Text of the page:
The Plant City High graduate and Stetson University student toured the country with the Stetson Chamber Orchestra.
Plant City High School Class of 2020 graduate and Steston University student Zach Frankowiak just returned from a trip to Italy, where he played the flute with the Stetson Chamber Orchestra at historic venues throughout the country.
During their eight-day trip, the orchestra performed Beethoven’s Triple Concerto at the Palladium Theatre in Rome, the Chiesa di Santa Maria Corteolandini in Lucca (outside of Florence) and the Teatro Toniolo in Venice. Along the way, Frankowiak and other orchestra members ate lots of Italian food and toured famous sites such as the Piazza Navona, the Vatican Museum, St. Peter’s Square, the Coliseum and more.
While the sightseeing was spectacular, for Frankowiak, it was all about the music. “Since I’m a performance major any chance I get to perform is the best thing for me because I want to be performing but being able to play music in another country was a big deal,” he said.
During the trip, he observed that Italians have a passion for music. “As we were walking around Venice, they had a lot of live music both indoors and on the street and the style of the music is similar to what you’d expect from Italian operas and the music has a lot of vibrato,” he said. “The culture is so different over there, people had a real respect for what we were doing, when our performance was over people clapped for a really, really long time.”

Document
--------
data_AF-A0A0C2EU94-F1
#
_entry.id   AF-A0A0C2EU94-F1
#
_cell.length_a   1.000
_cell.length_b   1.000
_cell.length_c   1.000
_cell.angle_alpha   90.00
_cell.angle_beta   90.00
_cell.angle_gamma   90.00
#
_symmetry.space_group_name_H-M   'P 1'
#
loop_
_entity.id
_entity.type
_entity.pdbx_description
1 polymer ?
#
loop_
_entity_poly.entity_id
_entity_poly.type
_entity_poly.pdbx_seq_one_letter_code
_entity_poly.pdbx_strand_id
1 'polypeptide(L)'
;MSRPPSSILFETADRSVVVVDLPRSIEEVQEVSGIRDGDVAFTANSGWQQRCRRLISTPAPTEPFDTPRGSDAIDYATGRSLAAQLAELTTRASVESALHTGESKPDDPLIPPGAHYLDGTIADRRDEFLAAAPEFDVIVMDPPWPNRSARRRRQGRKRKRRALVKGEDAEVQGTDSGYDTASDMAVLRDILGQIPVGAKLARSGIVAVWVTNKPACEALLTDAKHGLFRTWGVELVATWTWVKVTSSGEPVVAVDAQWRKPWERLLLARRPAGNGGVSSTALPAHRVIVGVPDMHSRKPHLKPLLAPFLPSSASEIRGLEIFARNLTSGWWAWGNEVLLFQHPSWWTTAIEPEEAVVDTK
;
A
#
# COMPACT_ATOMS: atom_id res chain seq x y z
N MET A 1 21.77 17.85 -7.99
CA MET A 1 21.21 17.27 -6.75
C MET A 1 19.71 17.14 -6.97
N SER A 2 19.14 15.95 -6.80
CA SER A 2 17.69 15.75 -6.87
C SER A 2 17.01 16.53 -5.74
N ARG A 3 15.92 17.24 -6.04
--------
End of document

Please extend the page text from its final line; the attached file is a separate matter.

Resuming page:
The acoustics, or the way the sounds carried, in the old stone structures was phenomenal, thanks to the resonance and reflection created by the hard surfaces and soaring ceilings. “I really enjoyed playing in those venues, the sound traveled so far,” he said.
Frankowiak began playing the flute 10 years ago while in middle school. “I went to an all-boys school and there was only one other flute player at the school, so it was a unique instrument in my eyes,” he said.
As he progressed as a musician, he realized that woodwind instruments, including flutes, clarinets, oboes and bassoons, bring a cinematic texture to an orchestra, composed primarily of string instruments, like violins, violas, cellos and basses.
“Wind instruments are very soloistic, especially in an orchestra” he said. “All the wind instruments usually have pretty distinct parts.”
At Stetson University, its School of Music students must pass an audition to be admitted into its program. Only the best musicians earn a seat in the Chamber Orchestra, which only seats two flautists. Frankowiak sits in the coveted first chair.
He’s thankful for many people in his life who’ve helped him pursue his passion for music, including his parents, grandparents, his former band directors Mr. Gonzalez, Mr. DeDon and Dr. Blair and his private music teachers Clay Ellobroek, Robert Neale, Taylor Irelan and Carole Leidi. “They’ve all supported me in my music journey,” he said.
Frankowiak will graduate from Stetson in 2025 with a degree in Performance and afterwards plans on attending grad school.